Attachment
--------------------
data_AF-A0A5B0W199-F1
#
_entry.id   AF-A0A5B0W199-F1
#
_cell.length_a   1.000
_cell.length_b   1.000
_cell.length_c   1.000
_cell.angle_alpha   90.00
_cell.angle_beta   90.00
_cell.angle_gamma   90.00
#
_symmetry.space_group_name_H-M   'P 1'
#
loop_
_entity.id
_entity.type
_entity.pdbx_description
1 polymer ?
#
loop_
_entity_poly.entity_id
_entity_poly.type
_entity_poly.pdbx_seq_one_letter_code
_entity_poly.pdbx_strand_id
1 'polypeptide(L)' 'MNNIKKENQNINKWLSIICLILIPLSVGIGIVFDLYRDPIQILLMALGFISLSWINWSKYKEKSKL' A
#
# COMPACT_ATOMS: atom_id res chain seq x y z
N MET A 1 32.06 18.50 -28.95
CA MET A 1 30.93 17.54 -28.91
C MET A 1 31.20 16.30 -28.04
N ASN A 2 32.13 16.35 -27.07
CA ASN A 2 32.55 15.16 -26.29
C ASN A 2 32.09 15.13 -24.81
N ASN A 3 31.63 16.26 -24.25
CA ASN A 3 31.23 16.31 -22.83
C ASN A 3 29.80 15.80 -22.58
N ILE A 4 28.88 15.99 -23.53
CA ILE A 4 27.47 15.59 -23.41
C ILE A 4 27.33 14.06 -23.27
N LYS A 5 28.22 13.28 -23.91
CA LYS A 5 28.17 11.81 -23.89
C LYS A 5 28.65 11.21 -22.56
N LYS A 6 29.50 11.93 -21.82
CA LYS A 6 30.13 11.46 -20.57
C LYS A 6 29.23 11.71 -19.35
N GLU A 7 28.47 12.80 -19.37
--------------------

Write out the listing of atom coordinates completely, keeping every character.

data_AF-A0A5B0W199-F1
#
_entry.id   AF-A0A5B0W199-F1
#
_cell.length_a   1.000
_cell.length_b   1.000
_cell.length_c   1.000
_cell.angle_alpha   90.00
_cell.angle_beta   90.00
_cell.angle_gamma   90.00
#
_symmetry.space_group_name_H-M   'P 1'
#
loop_
_entity.id
_entity.type
_entity.pdbx_description
1 polymer ?
#
loop_
_entity_poly.entity_id
_entity_poly.type
_entity_poly.pdbx_seq_one_letter_code
_entity_poly.pdbx_strand_id
1 'polypeptide(L)' 'MNNIKKENQNINKWLSIICLILIPLSVGIGIVFDLYRDPIQILLMALGFISLSWINWSKYKEKSKL' A
#
# COMPACT_ATOMS: atom_id res chain seq x y z
N MET A 1 32.06 18.50 -28.95
CA MET A 1 30.93 17.54 -28.91
C MET A 1 31.20 16.30 -28.04
N ASN A 2 32.13 16.35 -27.07
CA ASN A 2 32.55 15.16 -26.29
C ASN A 2 32.09 15.13 -24.81
N ASN A 3 31.63 16.26 -24.25
CA ASN A 3 31.23 16.31 -22.83
C ASN A 3 29.80 15.80 -22.58
N ILE A 4 28.88 15.99 -23.53
CA ILE A 4 27.47 15.59 -23.41
C ILE A 4 27.33 14.06 -23.27
N LYS A 5 28.22 13.28 -23.91
CA LYS A 5 28.17 11.81 -23.89
C LYS A 5 28.65 11.21 -22.56
N LYS A 6 29.50 11.93 -21.82
CA LYS A 6 30.13 11.46 -20.57
C LYS A 6 29.23 11.71 -19.35
N GLU A 7 28.47 12.80 -19.37